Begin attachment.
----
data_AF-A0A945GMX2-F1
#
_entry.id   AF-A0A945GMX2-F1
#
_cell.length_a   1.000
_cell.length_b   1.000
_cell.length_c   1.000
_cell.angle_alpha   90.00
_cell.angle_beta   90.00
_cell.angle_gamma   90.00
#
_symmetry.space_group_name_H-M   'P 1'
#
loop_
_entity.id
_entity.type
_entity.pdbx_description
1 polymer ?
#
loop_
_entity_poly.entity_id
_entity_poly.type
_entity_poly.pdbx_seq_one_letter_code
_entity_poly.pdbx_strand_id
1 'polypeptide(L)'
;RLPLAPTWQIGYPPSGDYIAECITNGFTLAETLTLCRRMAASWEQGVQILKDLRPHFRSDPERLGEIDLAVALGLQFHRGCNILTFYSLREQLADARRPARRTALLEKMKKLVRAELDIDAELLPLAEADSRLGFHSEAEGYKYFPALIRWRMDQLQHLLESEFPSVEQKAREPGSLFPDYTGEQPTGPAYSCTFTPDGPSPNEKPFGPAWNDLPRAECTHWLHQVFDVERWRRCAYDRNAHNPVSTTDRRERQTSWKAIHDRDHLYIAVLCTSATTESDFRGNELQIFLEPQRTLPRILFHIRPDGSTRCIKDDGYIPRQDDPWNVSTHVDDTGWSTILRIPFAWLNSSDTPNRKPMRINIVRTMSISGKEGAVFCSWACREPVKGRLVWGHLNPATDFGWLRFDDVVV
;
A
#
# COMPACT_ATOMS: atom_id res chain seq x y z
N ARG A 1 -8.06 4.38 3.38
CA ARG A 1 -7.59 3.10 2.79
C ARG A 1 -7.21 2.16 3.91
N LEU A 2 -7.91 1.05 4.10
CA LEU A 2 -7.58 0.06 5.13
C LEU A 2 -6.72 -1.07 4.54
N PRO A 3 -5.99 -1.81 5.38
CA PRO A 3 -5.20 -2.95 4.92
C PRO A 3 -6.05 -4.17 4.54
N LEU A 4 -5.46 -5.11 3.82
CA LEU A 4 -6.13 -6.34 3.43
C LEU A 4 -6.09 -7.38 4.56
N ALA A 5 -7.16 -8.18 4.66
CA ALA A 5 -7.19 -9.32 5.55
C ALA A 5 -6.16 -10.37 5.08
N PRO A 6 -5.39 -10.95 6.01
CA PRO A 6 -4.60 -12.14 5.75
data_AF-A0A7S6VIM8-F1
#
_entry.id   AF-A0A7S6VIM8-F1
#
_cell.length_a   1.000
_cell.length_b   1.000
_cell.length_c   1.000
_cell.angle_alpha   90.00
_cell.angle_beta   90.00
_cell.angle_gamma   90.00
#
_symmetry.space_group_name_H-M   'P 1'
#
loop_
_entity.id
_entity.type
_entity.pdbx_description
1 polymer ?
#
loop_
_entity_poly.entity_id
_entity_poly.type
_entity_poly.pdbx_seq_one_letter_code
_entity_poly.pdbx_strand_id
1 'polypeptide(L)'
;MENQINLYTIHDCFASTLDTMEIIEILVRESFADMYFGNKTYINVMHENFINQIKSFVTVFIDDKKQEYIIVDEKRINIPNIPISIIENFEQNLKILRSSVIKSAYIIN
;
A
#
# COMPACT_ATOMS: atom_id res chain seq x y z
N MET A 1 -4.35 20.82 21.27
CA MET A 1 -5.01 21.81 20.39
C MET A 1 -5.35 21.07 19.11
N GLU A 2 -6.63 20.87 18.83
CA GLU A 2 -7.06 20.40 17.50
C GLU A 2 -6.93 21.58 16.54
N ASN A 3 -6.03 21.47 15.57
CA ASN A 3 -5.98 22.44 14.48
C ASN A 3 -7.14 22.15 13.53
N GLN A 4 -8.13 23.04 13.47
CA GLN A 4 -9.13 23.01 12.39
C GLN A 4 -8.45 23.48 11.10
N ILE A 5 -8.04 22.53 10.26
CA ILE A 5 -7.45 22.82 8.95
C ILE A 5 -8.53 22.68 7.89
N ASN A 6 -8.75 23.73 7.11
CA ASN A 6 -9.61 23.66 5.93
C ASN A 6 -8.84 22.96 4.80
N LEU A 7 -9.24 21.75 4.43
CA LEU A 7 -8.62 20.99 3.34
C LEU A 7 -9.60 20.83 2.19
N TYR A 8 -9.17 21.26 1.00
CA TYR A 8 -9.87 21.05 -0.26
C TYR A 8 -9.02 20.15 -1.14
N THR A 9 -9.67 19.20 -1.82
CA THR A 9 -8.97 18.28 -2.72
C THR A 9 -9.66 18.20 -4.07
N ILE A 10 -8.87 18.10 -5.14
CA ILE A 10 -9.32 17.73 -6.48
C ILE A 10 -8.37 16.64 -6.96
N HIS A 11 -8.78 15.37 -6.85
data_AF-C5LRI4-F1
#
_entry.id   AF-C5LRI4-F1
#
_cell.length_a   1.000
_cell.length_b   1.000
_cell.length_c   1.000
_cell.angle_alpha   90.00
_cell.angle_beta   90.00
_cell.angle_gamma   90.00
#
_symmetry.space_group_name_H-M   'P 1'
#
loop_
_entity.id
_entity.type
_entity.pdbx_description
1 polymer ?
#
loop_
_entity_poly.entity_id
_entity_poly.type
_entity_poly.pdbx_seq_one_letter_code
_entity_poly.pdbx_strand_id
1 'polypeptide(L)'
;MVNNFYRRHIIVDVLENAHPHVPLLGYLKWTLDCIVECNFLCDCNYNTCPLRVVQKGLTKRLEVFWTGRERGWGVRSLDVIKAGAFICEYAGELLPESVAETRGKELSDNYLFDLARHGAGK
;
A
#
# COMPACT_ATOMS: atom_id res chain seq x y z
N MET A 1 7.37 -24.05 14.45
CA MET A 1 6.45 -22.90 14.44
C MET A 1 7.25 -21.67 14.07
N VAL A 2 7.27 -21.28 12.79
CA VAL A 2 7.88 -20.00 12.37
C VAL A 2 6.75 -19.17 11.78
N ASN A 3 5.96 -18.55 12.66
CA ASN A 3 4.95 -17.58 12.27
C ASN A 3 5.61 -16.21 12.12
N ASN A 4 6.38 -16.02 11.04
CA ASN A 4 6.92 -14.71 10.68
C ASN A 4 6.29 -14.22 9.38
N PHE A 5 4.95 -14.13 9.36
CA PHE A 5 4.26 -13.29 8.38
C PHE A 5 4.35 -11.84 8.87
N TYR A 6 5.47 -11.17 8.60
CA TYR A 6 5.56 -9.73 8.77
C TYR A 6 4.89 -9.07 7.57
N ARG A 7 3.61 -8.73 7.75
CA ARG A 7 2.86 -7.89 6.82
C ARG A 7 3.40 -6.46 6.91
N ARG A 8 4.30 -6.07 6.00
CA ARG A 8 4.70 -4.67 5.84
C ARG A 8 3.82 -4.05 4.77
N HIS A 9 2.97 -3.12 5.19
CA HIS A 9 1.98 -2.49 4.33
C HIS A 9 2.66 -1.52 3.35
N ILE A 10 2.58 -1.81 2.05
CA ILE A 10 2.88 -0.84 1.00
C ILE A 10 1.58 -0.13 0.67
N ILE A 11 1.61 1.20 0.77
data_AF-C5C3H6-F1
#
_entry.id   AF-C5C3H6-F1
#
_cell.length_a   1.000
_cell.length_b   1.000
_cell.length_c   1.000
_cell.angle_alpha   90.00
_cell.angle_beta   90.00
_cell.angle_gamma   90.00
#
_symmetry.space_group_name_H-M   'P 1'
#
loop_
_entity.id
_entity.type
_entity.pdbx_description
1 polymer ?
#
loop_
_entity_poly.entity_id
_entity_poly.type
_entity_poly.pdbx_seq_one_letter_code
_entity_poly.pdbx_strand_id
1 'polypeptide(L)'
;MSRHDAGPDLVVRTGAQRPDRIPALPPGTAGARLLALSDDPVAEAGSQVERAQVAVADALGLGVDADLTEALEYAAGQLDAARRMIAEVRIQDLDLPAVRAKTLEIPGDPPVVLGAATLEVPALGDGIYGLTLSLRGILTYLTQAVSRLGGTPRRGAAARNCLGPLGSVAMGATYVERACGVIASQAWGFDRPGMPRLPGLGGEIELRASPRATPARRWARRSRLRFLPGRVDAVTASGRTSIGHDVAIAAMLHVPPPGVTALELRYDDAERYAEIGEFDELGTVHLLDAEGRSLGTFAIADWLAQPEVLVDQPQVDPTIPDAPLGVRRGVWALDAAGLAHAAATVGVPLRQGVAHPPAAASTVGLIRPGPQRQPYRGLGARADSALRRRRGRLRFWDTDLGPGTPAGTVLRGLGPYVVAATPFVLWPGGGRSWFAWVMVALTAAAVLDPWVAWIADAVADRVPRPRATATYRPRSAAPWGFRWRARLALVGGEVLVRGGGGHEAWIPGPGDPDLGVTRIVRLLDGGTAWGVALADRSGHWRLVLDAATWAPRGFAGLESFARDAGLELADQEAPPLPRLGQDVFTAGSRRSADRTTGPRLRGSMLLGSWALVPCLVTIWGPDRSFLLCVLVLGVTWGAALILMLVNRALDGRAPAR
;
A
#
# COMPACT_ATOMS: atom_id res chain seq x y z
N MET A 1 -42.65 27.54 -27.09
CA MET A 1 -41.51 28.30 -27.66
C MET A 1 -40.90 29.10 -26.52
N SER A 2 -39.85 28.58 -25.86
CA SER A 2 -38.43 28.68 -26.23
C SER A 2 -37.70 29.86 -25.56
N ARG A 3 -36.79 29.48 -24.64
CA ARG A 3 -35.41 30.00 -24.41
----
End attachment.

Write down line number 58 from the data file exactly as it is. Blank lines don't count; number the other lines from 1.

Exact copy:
#